4. Consider Partnering with Other Partners on Cloud Offers – The cloud market also represents an opportunity for partners to collaborate on providing cloud solutions to customers. By establishing and enabling SaaS and ISV models, partners can begin to enter into two distinct discussions with the IT leader specific to productivity gains along with innovation and another with lines of business specific to resolving their business problems while innovating.   As a result, cloud allows IT and the lines of business to align to a common goal of innovation for the purposes of driving profitable revenue.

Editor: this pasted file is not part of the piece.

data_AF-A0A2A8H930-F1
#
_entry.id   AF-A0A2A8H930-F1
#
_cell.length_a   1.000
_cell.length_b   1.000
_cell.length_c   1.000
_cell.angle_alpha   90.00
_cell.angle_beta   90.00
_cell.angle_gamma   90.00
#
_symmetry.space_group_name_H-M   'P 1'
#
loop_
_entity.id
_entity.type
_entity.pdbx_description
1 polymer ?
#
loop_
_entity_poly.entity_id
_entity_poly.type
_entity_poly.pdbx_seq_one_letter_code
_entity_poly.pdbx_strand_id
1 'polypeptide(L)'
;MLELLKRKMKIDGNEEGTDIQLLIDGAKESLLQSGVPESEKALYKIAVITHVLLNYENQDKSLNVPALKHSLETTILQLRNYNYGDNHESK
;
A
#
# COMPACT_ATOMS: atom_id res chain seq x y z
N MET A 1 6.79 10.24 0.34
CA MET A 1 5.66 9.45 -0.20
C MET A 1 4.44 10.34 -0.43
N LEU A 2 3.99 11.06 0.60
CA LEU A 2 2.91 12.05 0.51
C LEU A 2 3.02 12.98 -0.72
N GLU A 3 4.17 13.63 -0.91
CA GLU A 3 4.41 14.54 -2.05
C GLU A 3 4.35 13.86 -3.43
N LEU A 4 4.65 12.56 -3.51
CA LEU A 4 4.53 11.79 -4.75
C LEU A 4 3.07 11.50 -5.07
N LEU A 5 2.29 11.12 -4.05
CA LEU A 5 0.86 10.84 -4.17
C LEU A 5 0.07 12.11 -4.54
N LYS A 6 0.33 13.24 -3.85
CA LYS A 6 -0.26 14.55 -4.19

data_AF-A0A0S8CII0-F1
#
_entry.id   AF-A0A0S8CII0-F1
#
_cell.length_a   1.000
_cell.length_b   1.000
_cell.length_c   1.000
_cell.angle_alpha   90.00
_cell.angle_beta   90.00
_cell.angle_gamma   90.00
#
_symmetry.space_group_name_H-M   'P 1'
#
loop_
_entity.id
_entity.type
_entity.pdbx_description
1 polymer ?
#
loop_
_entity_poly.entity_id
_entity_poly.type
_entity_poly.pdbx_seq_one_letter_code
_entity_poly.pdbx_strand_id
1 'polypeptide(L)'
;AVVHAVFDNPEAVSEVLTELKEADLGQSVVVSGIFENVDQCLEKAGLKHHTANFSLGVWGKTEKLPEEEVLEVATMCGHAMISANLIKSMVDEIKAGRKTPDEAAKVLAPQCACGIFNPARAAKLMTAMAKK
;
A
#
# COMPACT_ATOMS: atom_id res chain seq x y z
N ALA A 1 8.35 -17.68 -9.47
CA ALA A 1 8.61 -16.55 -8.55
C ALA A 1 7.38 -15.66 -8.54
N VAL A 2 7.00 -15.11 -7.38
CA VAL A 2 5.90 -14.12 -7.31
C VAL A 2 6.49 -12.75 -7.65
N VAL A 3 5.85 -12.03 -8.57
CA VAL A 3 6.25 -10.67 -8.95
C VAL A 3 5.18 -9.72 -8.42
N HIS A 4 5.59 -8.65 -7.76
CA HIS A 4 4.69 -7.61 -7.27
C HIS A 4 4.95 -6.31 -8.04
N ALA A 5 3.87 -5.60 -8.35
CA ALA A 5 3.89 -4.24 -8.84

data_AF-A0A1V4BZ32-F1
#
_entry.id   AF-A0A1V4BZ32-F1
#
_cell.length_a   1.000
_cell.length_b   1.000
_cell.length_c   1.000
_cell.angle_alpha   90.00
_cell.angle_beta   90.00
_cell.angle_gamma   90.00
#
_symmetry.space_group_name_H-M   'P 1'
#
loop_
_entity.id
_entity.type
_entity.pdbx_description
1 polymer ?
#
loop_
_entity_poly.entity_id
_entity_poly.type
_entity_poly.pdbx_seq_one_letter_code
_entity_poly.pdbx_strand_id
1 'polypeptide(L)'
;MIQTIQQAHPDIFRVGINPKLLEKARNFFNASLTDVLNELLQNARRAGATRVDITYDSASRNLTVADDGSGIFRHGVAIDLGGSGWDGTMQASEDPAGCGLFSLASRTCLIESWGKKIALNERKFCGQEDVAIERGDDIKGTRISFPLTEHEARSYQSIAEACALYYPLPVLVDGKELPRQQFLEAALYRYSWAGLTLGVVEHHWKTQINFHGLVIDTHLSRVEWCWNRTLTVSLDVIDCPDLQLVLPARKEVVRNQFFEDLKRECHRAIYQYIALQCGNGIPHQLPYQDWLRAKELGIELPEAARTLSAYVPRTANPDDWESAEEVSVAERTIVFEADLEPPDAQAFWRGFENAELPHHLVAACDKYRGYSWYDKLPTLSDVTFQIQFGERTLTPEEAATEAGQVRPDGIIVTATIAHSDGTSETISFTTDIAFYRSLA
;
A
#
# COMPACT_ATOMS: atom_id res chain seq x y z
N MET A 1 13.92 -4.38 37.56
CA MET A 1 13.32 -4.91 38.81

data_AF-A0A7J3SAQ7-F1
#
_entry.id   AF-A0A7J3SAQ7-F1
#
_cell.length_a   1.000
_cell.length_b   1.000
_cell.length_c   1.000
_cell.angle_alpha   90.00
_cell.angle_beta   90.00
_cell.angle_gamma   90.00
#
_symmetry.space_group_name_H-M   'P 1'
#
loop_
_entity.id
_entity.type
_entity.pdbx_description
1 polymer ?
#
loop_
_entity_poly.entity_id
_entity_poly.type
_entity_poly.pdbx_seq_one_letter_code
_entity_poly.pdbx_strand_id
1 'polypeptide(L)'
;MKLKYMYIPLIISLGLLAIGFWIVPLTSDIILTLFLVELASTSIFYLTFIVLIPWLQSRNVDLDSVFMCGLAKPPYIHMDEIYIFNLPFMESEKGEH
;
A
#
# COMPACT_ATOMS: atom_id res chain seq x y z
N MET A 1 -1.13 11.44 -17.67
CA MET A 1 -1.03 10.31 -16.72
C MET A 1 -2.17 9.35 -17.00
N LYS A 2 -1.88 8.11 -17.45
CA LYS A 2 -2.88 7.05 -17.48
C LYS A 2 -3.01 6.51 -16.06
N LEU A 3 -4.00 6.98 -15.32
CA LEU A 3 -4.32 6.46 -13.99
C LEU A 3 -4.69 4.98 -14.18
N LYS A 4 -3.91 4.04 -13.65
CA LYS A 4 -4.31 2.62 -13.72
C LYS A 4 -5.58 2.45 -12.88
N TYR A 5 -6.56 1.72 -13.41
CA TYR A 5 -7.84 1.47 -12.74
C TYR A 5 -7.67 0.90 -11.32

5. Don’t Forget Cloud-based Customer Services – Services now account for up to 70% of partner profits (source: Services Leadership Incorporated), which is an opportunity that should not be left on the table. Before fully transitioning to a cloud model, partners should look at broadening their business model to incorporate new cloud related pre-sales and post-sales support. These cloud-centric Professional Services capabilities may include cloud assessments, application validation, business process management, and ROI analysis. Offering cloud-related Professional Services not only helps partners cater to a whole new spectrum of decision makers but it provides new revenue stream opportunities as well.